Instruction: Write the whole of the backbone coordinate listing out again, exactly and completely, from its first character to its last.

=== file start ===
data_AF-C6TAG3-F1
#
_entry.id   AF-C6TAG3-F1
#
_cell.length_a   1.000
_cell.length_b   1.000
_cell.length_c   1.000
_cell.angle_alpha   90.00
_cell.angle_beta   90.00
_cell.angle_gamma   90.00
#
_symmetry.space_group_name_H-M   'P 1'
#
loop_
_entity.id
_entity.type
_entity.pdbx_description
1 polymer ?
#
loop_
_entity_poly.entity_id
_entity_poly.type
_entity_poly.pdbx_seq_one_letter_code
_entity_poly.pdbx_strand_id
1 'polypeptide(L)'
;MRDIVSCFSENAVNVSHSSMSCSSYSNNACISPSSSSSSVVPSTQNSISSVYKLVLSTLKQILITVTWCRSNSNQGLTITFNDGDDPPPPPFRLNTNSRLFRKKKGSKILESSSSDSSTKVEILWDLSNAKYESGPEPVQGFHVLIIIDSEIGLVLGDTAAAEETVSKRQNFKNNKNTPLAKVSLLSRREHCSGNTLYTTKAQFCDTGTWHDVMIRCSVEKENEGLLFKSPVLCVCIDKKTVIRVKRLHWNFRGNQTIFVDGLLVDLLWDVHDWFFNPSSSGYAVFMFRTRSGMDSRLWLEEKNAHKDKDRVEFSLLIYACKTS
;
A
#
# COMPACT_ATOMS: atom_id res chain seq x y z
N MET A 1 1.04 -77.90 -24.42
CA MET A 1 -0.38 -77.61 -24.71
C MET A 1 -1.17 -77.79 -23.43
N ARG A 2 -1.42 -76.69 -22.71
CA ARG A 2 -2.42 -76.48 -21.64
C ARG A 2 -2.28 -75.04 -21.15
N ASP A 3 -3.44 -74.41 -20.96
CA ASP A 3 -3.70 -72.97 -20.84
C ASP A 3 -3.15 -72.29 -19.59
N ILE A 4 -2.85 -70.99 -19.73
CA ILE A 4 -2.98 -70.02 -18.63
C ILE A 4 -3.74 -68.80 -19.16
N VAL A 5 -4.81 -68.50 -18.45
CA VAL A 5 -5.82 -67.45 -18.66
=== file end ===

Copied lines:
data_AF-C6TAG3-F1
#
_entry.id   AF-C6TAG3-F1
#
_cell.length_a   1.000
_cell.length_b   1.000
_cell.length_c   1.000
_cell.angle_alpha   90.00
_cell.angle_beta   90.00
_cell.angle_gamma   90.00
#
_symmetry.space_group_name_H-M   'P 1'
#
loop_
_entity.id
_entity.type
_entity.pdbx_description
1 polymer ?
#
loop_
_entity_poly.entity_id
_entity_poly.type
_entity_poly.pdbx_seq_one_letter_code
_entity_poly.pdbx_strand_id
1 'polypeptide(L)'
;MRDIVSCFSENAVNVSHSSMSCSSYSNNACISPSSSSSSVVPSTQNSISSVYKLVLSTLKQILITVTWCRSNSNQGLTITFNDGDDPPPPPFRLNTNSRLFRKKKGSKILESSSSDSSTKVEILWDLSNAKYESGPEPVQGFHVLIIIDSEIGLVLGDTAAAEETVSKRQNFKNNKNTPLAKVSLLSRREHCSGNTLYTTKAQFCDTGTWHDVMIRCSVEKENEGLLFKSPVLCVCIDKKTVIRVKRLHWNFRGNQTIFVDGLLVDLLWDVHDWFFNPSSSGYAVFMFRTRSGMDSRLWLEEKNAHKDKDRVEFSLLIYACKTS
;
A
#
# COMPACT_ATOMS: atom_id res chain seq x y z
N MET A 1 1.04 -77.90 -24.42
CA MET A 1 -0.38 -77.61 -24.71
C MET A 1 -1.17 -77.79 -23.43
N ARG A 2 -1.42 -76.69 -22.71
CA ARG A 2 -2.42 -76.48 -21.64
C ARG A 2 -2.28 -75.04 -21.15
N ASP A 3 -3.44 -74.41 -20.96
CA ASP A 3 -3.70 -72.97 -20.84
C ASP A 3 -3.15 -72.29 -19.59
N ILE A 4 -2.85 -70.99 -19.73
CA ILE A 4 -2.98 -70.02 -18.63
C ILE A 4 -3.74 -68.80 -19.16
N VAL A 5 -4.81 -68.50 -18.45
CA VAL A 5 -5.82 -67.45 -18.66